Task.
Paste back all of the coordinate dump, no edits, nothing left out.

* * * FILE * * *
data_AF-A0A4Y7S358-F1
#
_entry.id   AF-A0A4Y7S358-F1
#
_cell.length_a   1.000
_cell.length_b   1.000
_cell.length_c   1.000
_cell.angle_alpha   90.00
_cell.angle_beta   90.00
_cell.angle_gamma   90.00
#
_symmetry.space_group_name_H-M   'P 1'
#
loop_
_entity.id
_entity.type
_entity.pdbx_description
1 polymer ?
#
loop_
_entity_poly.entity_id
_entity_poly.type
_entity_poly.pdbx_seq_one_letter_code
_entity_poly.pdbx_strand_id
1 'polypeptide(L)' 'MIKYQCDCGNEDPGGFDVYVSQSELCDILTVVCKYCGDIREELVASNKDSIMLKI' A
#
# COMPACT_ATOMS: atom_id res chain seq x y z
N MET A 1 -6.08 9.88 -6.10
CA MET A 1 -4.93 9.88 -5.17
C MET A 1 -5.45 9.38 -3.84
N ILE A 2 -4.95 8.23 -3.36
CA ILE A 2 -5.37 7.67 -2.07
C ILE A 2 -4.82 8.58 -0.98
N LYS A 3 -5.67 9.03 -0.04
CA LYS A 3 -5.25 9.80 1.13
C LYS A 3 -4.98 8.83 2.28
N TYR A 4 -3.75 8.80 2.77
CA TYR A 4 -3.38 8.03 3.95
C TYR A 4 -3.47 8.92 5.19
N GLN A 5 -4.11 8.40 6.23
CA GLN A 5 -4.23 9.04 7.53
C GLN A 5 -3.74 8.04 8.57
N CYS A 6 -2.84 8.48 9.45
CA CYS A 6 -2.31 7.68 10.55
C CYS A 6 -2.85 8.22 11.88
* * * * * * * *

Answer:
data_AF-A0A4Y7S358-F1
#
_entry.id   AF-A0A4Y7S358-F1
#
_cell.length_a   1.000
_cell.length_b   1.000
_cell.length_c   1.000
_cell.angle_alpha   90.00
_cell.angle_beta   90.00
_cell.angle_gamma   90.00
#
_symmetry.space_group_name_H-M   'P 1'
#
loop_
_entity.id
_entity.type
_entity.pdbx_description
1 polymer ?
#
loop_
_entity_poly.entity_id
_entity_poly.type
_entity_poly.pdbx_seq_one_letter_code
_entity_poly.pdbx_strand_id
1 'polypeptide(L)' 'MIKYQCDCGNEDPGGFDVYVSQSELCDILTVVCKYCGDIREELVASNKDSIMLKI' A
#
# COMPACT_ATOMS: atom_id res chain seq x y z
N MET A 1 -6.08 9.88 -6.10
CA MET A 1 -4.93 9.88 -5.17
C MET A 1 -5.45 9.38 -3.84
N ILE A 2 -4.95 8.23 -3.36
CA ILE A 2 -5.37 7.67 -2.07
C ILE A 2 -4.82 8.58 -0.98
N LYS A 3 -5.67 9.03 -0.04
CA LYS A 3 -5.25 9.80 1.13
C LYS A 3 -4.98 8.83 2.28
N TYR A 4 -3.75 8.80 2.77
CA TYR A 4 -3.38 8.03 3.95
C TYR A 4 -3.47 8.92 5.19
N GLN A 5 -4.11 8.40 6.23
CA GLN A 5 -4.23 9.04 7.53
C GLN A 5 -3.74 8.04 8.57
N CYS A 6 -2.84 8.48 9.45
CA CYS A 6 -2.31 7.68 10.55
C CYS A 6 -2.85 8.22 11.88